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What’s the meaning of cross in this sentence:

She had a very stern face and Harry’s first thought was that this was not someone to cross.

2 Answers 2

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Per the OED, it means:

14. fig. a. To thwart, oppose, go counter to.

Such as in this citation given there:

  • 1876 F. E. Trollope Charming Fellow I. xi. 149,
    I never cross her, or talk to her much when she is not feeling well.
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To go or act against someone. To act in an unexpected treasonous manner. To to fail someone's trust by damaging that person.

Source or etymology: I have two educated guesses.

  1. To stand in the way of someone. therefore, crossing him and impeding his "flow."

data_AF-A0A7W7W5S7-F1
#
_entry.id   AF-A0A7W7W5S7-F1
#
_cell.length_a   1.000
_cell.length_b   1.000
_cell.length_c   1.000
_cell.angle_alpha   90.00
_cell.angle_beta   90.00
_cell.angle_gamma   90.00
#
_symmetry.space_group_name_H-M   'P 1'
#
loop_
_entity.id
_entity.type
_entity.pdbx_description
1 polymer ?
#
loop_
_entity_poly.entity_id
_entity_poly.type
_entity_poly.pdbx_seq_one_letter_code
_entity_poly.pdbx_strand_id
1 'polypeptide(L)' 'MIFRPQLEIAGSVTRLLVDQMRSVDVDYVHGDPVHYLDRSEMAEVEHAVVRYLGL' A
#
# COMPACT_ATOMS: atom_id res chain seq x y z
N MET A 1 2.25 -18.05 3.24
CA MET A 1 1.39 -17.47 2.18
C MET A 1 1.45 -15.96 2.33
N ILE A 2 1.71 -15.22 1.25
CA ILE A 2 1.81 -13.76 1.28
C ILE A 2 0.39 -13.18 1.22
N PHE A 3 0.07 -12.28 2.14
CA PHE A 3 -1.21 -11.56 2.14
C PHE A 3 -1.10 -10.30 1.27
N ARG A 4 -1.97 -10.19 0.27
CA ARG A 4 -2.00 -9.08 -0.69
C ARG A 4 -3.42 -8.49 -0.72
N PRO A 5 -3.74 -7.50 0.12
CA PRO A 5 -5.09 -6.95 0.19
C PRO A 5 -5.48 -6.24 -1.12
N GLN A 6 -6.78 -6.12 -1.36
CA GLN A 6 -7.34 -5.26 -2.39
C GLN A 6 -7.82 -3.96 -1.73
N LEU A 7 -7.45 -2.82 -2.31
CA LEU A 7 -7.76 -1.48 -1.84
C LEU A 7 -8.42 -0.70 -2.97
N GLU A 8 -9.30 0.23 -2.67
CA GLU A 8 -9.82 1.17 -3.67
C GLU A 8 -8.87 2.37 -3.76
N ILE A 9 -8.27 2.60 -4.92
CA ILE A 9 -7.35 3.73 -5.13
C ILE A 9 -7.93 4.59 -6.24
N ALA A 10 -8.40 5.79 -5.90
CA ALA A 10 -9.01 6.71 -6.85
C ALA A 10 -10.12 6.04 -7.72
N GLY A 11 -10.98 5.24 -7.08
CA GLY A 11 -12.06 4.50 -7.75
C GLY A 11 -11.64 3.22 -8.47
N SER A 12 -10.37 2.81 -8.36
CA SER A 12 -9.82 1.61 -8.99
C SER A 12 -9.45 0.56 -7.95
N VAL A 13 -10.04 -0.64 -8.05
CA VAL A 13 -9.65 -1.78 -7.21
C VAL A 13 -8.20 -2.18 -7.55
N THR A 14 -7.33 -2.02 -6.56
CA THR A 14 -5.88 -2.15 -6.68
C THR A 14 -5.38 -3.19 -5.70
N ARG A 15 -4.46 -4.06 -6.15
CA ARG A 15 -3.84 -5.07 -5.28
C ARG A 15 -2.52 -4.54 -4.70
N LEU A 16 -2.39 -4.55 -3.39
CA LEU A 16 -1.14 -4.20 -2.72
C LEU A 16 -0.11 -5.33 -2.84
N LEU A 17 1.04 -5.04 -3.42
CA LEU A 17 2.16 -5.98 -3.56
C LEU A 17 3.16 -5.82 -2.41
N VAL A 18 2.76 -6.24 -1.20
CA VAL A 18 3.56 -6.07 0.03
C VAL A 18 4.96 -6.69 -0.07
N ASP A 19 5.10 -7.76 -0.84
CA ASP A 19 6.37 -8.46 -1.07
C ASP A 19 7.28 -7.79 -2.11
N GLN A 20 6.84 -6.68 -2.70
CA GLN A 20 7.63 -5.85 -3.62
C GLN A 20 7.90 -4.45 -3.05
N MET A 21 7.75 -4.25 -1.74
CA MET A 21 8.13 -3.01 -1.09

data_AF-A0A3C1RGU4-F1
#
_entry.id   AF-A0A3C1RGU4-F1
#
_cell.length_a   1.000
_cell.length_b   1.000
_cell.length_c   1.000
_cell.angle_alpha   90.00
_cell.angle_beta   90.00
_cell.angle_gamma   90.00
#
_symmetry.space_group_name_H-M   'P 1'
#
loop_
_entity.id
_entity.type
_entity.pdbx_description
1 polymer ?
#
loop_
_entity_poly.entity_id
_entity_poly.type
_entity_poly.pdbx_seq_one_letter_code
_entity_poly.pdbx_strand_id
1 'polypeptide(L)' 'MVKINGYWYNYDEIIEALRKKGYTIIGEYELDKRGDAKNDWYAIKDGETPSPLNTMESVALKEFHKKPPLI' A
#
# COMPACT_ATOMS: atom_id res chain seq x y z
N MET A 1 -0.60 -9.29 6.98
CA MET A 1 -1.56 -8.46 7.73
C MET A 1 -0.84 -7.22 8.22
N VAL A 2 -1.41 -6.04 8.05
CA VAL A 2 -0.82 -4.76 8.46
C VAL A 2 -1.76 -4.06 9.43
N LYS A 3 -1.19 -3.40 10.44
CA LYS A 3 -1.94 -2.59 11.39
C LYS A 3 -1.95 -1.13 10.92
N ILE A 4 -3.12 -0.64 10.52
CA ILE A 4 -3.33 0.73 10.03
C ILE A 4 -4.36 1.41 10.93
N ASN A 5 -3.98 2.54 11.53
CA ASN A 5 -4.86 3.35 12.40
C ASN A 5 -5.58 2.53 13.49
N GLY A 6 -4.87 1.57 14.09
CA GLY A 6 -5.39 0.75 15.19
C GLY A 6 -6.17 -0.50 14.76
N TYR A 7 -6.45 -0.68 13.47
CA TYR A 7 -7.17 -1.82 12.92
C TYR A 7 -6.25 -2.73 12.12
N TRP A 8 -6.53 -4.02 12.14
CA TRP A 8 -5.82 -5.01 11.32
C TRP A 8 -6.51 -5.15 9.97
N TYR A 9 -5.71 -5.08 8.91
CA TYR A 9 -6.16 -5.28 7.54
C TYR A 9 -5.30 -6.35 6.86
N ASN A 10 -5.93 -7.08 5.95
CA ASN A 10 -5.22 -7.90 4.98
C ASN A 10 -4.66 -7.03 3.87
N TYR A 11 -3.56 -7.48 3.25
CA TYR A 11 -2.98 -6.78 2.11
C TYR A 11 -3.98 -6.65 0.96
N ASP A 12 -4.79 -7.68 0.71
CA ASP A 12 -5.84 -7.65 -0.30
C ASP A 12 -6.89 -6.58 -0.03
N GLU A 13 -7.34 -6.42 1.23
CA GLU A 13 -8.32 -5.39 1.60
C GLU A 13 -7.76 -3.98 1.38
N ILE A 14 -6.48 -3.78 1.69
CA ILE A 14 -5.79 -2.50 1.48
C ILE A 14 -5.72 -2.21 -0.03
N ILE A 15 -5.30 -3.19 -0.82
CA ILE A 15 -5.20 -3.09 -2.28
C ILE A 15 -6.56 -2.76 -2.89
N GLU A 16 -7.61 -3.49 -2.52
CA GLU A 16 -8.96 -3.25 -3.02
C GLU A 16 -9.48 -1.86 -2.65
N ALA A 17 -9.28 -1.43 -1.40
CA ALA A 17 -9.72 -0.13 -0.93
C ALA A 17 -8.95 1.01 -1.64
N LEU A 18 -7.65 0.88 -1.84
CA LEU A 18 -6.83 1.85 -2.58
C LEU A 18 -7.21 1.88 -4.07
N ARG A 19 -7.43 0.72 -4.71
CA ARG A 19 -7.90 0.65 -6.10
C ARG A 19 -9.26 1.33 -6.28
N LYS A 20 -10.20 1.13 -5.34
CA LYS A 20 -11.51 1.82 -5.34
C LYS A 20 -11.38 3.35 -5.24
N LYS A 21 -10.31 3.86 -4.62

2. To act in a treasonous manner as the people guilty of Christ ending up on a cross.

Like I said these are educaded guesses from a retired linguist.

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  • Welcome to SE ELU. Linguistics are always welcome here, but new users should really take the trouble to acquaint themselves with how this site works, in the first instance by finishing reading the Tour. In general “educated guesses” are still regarded as guesses, and we expect answers to provide more than that. Checking the historical instances of usage with the OED can provide useful context, for example. Have you access to that?
    – David
    Jan 21 at 20:03

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